operating, capital, and debt service
costs, have exceeded total revenues.
The $3.6 million loss reported in
FY 2004-05 was the largest in recent
Final financial data are not yet
available for FY 2005-06, but State
Fair Park officials project a loss of
$2.0 million. State Fair Park’s
program revenue appropriation
accumulated a cash deficit of
$9.7 million as of June 30, 2005.
State Fair Park is projected to save
$493,000 in FY 2005-06 because of
cost-saving measures that include
eliminating some staff positions
and consulting contracts. Furthermore,
agency officials have made a
priority of changing State Fair Park’s
relationships with the Milwaukee
Mile and the Pettit Center, which in
recent years have placed significant
demands on State Fair Park’s financial
The Milwaukee Mile
Under State Fair Park’s management,
Milwaukee Mile losses totaled nearly
$7.3 million over a three-year period.
State Fair Park staff attribute these
losses to increases in debt service
costs and a limited fan base for
some races. Debt service payments
related to construction of the grandstand
and other projects increased
from nearly $706,900 in 2003 to more
than $1.9 million in 2005. One major
racing event draws near sell-out
crowds, but others do not generate
the same fan support.
We also found examples of poor
business planning. For example,
the State Fair Park Board did not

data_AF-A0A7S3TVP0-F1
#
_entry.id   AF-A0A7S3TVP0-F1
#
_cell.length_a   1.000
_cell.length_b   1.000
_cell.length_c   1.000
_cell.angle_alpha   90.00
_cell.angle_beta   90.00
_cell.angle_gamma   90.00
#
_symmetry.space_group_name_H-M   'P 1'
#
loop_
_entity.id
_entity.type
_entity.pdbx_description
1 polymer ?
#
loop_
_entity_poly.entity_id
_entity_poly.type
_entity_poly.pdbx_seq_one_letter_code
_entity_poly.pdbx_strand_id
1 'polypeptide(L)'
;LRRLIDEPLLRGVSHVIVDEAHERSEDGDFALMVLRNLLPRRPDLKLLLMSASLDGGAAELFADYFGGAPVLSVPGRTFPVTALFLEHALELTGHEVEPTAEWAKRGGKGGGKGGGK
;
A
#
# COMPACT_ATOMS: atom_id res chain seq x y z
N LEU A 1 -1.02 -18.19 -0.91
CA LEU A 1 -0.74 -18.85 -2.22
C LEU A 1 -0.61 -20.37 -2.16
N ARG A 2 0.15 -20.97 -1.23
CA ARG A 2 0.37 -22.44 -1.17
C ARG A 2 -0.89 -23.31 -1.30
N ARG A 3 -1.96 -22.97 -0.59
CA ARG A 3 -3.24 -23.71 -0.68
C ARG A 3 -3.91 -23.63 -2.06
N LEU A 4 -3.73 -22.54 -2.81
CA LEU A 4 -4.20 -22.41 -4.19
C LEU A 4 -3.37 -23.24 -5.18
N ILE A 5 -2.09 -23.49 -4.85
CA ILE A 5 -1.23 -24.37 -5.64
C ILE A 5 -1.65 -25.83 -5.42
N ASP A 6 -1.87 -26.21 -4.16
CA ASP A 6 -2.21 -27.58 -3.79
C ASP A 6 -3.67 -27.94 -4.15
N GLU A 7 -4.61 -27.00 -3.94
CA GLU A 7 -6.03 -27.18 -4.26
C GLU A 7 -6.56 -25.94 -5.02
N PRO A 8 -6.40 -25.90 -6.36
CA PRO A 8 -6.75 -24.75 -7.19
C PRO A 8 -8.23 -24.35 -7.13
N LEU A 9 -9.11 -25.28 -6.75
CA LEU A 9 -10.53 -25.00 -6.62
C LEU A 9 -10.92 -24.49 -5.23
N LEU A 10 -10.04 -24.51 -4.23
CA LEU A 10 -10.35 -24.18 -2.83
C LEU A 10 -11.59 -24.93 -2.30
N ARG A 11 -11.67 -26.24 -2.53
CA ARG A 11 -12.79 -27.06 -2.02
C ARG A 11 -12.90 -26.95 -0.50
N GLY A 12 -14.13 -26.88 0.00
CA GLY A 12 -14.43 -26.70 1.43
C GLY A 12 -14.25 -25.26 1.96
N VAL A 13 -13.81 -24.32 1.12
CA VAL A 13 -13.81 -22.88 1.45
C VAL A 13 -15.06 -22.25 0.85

adopt a 2005 draft plan prepared
by the Milwaukee Mile’s general
manager because it contained overly
optimistic financial projections.
The plan projected a 40.7 percent
increase in revenues from admissions,
concessions and parking, and
sponsorships and naming rights,
from $6.7 million in the 2004 racing
season to nearly $9.5 million in 2005.
Actual 2005 racing revenues totaled
$7.1 million. Milwaukee Mile staff
were not directed to develop revised
projections or to identify new operational
or management strategies to
achieve those projections.
In December 2005, State Fair Park
entered into a license agreement
with a private promoter, Milwaukee
Mile Holdings, LLC, to manage the
fairgrounds’ racing activities. The
guarantees that State Fair Park
will be able to use the Milwaukee
Mile premises for the Wisconsin
requires Milwaukee Mile Holdings
to assume responsibility
for all future capital improvements